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A Literary & Poetry Column
By Carolyn Howard-Johnson

Carolyn Offers Up her Fifth Annual “Noble” Prize For Literature

A lot can happen in five years. And a lot can not happen in five years.

I've given out more Noble (Not Nobel!) Prizes some years than others. I've had authors who have utilized the honor (and yes, even small awards are honors, just like small hugs!). And I've had some who haven't noticed.

The Noble hasn't grown as much as I once thought it would. Maybe that's because some authors are frightened by the guidelines. Though short, they can be off-putting. I look for books that show excellence in use of the English language, present themes or premises that might help even one reader recognize and curtail bigotry, or explore the human condition in other important ways.

So, some authors seem to hesitate. Yes, most winners are books of poetry or fiction. But, gosh, it doesn't cost anything to enter. Well, okay. The cost of a book and the postage and the effort to write a little note with a blurb telling me why it should be considered. It's not a bribe, of course, but I also do a Ten Best List for MyShelf and sometimes books that don't make the Noble award are on that list because I don't duplicate. Go back to the home page of this month and click on the Ten Best. Each of the MyShelf reviewers contributes a list. It's a great way to find more good reading and you'll also be able to tell what kinds of books reviewers like; that's valuable information if you're looking to get reviews for your book.

But I digress. I have big plans for the Noble but can't follow through with them for free. Thus, I am looking for a grant. Now, here's the rub. Most of the grants I find are for dance or graphic art or . . . well, let's just say most are not for writing. The ones I find for writing seem to be oriented toward local needs rather than national. So, if anyone out there knows of a foundation that is looking to encourage writers of hard-to-publish genres like poetry and literary fiction, won't you let me know?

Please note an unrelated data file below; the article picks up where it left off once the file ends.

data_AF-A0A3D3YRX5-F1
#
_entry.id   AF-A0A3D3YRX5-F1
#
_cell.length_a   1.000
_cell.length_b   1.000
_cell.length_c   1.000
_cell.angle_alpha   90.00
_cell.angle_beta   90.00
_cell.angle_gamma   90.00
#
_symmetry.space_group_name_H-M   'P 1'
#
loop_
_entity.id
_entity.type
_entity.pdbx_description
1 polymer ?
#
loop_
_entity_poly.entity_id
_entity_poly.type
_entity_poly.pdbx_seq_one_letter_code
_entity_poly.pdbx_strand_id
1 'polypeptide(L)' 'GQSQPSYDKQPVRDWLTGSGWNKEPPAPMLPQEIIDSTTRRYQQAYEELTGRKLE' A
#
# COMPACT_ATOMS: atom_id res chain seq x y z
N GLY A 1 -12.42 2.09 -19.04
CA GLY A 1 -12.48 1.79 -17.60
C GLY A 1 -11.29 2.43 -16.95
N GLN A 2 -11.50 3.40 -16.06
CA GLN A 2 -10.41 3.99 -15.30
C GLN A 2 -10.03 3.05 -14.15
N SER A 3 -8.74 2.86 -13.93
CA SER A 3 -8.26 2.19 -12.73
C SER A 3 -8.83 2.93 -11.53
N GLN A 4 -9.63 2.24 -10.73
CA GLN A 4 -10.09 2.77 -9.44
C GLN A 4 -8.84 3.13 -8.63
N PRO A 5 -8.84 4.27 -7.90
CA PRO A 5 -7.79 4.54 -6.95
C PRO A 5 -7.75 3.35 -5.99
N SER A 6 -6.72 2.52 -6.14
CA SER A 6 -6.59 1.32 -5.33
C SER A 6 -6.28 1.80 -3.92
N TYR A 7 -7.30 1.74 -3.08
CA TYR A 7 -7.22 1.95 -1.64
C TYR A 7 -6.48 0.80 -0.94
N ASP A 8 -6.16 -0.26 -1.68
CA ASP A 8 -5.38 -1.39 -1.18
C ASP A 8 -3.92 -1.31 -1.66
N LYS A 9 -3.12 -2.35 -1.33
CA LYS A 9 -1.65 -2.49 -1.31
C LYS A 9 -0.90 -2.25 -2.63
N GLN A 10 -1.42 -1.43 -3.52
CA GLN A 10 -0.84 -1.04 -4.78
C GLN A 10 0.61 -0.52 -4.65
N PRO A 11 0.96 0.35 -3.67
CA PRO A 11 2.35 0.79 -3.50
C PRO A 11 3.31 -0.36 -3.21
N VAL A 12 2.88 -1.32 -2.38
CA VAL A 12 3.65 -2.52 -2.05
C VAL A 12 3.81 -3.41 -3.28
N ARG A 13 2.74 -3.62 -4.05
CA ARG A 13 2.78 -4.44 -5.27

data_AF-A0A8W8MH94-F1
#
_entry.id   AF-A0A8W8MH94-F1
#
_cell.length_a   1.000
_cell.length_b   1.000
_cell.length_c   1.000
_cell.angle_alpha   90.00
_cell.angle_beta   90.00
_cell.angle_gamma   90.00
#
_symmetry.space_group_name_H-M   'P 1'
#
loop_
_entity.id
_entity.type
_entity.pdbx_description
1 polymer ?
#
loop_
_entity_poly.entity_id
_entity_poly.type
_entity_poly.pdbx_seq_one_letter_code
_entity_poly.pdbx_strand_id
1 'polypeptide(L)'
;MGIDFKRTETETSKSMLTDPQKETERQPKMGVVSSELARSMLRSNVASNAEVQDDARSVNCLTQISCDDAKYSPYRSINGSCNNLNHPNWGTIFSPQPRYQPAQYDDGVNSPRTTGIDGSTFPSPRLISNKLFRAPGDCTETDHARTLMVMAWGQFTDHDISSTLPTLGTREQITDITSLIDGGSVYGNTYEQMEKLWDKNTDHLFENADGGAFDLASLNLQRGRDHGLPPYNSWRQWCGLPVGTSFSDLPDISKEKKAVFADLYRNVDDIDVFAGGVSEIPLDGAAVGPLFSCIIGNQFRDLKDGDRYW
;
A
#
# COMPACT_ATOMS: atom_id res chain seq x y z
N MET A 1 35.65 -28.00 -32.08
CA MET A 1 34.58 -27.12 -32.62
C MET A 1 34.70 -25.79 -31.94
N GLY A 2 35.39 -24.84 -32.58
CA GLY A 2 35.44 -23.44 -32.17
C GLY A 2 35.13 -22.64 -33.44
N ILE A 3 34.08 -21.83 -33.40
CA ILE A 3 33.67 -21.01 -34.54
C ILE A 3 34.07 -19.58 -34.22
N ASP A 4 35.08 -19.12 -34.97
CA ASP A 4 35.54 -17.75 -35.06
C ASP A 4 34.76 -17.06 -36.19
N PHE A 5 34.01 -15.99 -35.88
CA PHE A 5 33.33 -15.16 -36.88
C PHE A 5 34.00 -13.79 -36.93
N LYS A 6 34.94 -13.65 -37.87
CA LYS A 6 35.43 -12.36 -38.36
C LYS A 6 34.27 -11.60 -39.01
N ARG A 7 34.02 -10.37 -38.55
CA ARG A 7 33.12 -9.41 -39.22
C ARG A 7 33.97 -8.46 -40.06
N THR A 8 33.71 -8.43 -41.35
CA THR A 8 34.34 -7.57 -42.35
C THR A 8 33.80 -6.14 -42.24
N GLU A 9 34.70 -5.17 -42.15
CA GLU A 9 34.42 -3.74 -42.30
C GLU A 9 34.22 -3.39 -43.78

Those of you who follow this award know that I asked my daughter-in-law to help me. Leigh Johnson is a good judge of literary work, has a law degree from Stamford, and her input adds an extra dimension to my picks for she tells me she chooses books not from the bestseller lists but from reviews--even reviews in obscure journals. This year my son, Trent Johnson, suggested one of his own, The Zookeeper's Wife. I, of course, also glean winners from the books you nominate, the books written by my UCLA students and fellow instructors, books my editors assign me to review, and even a few that I pick up in second-hand book stores. I try to avoid books that have been hanging around bestseller lists (you can access those without me) and those that have already won awards.

So now you know what to look for, let's enjoy the 2007 winners of Carolyn’s Noble Prize for Literature. That’s “Noble,” not “Nobel.” Here they are.

Carolyn’s 2007
Noble List for Reading in 2008

Magdalena Ball for her Sleep Before Evening. Published by Be Write Books. This book is about how addiction can strike anyone, even families that love one another. The ISBN is 978-1904492962
Christine Alexanians is the author of It's Spring. It Snows. It is a book of poetry that touches on war, peace and how they are affected by tolerance or its lack. Self-published in the time-honored tradition of publishing chapbooks (even producing them by hand). Click on the cover to purchase.